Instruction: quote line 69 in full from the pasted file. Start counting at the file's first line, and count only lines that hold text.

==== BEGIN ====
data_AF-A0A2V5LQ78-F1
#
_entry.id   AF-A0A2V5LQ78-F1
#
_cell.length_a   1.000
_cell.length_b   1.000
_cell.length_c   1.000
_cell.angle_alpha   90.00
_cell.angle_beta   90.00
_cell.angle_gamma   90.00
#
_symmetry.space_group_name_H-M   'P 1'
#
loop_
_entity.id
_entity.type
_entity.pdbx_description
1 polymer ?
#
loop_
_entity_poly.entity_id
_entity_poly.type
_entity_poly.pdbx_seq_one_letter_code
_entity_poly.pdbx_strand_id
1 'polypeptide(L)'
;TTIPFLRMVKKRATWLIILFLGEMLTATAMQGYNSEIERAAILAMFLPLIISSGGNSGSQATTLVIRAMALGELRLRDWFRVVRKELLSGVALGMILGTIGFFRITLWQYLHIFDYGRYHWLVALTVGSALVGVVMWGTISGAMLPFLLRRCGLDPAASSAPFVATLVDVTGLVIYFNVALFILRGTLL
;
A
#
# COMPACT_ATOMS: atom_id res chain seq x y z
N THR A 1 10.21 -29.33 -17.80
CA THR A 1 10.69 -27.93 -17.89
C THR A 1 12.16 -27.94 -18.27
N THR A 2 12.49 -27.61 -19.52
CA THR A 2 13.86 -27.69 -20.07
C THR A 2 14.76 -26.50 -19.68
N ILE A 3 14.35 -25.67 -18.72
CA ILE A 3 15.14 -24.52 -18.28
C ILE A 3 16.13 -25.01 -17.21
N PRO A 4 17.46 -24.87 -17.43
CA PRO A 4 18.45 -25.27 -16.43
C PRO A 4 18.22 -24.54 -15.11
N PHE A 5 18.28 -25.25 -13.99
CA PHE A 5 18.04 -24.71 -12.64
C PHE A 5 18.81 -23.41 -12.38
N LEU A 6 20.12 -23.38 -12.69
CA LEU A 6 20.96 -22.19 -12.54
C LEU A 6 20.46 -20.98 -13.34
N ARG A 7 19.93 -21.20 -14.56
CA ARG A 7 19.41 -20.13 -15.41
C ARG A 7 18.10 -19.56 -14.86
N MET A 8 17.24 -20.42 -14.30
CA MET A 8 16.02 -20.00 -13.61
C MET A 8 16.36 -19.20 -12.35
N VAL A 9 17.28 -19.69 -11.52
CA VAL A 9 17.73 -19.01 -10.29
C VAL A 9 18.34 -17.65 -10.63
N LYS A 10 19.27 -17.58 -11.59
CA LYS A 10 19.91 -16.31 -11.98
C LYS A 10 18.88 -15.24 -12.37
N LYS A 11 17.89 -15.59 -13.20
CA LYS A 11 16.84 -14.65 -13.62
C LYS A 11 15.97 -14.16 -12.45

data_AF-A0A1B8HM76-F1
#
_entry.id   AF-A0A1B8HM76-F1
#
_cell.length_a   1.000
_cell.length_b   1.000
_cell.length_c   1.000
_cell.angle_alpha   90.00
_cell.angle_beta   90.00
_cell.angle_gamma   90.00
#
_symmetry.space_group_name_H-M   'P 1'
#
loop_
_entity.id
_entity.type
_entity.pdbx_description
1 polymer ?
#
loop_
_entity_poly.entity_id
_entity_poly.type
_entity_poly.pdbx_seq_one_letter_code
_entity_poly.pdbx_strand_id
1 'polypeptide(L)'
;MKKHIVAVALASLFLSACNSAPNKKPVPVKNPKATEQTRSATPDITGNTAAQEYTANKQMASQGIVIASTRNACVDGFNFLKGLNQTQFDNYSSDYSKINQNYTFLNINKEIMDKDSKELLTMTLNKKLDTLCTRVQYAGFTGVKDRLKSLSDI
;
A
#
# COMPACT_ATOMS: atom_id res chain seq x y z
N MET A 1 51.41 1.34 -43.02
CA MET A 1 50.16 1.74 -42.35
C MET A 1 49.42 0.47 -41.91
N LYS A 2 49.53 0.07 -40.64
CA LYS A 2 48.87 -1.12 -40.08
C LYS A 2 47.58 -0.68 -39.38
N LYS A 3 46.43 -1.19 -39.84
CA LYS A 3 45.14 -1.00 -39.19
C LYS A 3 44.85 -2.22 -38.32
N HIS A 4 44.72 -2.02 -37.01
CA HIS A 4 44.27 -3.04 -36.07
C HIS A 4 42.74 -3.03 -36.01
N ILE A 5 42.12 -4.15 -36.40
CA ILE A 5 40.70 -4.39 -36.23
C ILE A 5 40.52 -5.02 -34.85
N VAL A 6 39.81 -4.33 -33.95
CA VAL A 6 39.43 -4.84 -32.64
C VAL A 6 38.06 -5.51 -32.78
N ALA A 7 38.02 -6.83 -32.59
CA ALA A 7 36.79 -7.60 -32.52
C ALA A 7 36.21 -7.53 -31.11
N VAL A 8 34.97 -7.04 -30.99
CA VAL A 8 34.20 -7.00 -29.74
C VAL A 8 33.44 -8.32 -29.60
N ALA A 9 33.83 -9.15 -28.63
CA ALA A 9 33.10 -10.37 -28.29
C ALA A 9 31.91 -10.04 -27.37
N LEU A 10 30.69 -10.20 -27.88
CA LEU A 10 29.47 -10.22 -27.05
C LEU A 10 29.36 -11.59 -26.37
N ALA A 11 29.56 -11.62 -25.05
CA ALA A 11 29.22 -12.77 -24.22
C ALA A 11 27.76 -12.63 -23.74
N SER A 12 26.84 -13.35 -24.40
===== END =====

_cell.length_b   1.000